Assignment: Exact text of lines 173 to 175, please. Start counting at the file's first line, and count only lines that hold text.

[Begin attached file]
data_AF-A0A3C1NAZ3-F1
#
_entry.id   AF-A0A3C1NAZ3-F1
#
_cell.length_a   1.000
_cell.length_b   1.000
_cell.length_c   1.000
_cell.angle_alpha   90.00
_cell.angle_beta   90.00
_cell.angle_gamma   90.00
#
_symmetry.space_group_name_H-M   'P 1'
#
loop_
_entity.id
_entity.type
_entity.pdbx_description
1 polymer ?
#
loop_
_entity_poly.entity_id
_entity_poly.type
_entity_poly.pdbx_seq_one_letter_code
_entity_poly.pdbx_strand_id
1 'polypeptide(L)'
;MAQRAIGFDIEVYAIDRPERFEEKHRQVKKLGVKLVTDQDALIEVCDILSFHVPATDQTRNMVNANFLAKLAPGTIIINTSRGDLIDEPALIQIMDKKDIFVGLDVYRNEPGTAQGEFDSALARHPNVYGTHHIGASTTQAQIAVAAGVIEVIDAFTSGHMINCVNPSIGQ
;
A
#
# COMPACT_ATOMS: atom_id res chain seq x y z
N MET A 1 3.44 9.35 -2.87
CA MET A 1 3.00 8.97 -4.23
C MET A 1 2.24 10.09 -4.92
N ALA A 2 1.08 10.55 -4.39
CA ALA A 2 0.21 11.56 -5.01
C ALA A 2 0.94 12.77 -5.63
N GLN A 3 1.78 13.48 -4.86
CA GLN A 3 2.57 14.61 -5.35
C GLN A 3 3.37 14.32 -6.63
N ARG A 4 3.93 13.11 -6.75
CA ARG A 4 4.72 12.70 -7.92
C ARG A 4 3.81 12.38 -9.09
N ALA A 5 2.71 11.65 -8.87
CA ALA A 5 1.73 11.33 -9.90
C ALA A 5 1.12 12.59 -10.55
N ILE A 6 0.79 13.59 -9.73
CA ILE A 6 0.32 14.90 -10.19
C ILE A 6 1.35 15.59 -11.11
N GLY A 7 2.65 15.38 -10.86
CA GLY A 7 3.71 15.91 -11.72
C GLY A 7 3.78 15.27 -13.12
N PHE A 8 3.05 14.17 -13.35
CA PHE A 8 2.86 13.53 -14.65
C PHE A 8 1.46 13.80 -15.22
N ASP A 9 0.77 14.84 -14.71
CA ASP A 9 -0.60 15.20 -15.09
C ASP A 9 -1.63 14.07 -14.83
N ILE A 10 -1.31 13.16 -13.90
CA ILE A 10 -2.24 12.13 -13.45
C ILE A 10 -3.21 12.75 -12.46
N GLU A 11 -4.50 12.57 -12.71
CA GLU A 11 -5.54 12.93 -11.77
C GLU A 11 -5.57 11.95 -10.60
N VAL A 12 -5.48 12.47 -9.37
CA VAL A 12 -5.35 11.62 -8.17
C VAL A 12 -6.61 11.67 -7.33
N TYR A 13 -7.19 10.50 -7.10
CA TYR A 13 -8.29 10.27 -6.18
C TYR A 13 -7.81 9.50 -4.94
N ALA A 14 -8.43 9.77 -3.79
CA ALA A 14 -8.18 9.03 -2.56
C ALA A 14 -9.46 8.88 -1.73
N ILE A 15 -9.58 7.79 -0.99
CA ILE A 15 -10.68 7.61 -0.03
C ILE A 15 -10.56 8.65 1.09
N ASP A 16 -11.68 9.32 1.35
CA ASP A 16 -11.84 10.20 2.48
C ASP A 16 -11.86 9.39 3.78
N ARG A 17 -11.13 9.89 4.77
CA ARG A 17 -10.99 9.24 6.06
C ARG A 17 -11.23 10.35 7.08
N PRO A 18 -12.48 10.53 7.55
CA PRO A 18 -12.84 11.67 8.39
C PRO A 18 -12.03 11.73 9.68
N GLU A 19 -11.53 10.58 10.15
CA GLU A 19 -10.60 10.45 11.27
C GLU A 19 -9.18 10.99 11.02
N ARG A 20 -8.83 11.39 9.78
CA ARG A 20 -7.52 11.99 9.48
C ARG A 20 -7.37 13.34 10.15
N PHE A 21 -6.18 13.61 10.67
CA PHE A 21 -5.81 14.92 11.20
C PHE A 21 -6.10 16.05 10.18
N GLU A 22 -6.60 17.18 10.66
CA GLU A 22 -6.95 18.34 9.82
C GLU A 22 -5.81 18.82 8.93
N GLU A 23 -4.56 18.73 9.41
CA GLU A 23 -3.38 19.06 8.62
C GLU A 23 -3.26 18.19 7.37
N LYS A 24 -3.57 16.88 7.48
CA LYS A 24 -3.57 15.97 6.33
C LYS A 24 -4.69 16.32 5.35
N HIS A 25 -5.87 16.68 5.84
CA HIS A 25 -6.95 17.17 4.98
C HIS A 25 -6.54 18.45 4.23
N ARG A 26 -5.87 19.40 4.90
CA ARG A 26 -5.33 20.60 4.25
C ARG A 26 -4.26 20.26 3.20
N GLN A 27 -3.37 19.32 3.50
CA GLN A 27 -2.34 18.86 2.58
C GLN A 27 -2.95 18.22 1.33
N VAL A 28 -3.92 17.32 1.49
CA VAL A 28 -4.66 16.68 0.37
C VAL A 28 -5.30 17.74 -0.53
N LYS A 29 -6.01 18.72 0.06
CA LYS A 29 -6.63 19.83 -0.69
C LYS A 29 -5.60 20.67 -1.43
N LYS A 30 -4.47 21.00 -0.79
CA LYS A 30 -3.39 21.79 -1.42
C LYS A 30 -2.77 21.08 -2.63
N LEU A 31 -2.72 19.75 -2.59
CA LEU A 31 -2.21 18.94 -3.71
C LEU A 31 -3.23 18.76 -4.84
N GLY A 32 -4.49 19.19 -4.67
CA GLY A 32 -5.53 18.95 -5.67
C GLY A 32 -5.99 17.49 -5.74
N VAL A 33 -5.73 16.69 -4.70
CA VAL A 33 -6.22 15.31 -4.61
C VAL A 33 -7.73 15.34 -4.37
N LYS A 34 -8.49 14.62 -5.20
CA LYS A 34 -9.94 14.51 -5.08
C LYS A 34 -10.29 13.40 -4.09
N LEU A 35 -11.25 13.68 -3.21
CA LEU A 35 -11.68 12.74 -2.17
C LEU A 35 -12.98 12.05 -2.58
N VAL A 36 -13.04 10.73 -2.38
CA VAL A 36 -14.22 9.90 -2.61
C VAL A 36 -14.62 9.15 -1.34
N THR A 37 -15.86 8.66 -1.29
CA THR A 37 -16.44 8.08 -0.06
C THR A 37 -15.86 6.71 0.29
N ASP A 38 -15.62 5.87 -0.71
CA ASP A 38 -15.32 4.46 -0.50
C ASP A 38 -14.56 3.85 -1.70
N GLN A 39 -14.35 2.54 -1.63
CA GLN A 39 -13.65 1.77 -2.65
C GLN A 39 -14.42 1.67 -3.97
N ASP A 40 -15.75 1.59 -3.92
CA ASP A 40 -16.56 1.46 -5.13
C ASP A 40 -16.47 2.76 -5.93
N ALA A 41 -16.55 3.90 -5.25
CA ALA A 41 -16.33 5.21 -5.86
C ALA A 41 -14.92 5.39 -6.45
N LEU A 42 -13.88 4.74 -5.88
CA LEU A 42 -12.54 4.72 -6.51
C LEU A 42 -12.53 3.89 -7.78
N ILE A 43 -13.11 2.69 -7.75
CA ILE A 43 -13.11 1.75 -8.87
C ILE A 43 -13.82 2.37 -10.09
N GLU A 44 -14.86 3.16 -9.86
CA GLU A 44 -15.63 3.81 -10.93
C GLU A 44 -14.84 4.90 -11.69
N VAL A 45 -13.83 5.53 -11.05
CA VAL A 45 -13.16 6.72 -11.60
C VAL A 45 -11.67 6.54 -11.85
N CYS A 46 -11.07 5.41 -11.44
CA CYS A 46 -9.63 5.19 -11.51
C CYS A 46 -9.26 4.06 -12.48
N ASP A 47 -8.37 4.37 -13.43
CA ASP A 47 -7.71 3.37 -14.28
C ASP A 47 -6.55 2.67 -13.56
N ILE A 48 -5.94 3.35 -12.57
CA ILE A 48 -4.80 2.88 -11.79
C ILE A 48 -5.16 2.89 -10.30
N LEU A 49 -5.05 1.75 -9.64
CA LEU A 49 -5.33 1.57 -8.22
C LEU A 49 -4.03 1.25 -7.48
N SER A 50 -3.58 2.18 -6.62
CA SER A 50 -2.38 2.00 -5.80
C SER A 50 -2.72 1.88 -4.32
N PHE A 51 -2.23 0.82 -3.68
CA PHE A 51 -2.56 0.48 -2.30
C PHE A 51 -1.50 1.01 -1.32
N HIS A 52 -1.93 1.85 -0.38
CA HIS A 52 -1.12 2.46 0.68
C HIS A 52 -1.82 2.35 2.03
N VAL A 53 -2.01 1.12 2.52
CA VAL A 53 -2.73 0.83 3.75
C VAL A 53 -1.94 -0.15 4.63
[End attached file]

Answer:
CA ILE A 48 -4.80 2.88 -11.79
C ILE A 48 -5.16 2.89 -10.30
N LEU A 49 -5.05 1.75 -9.64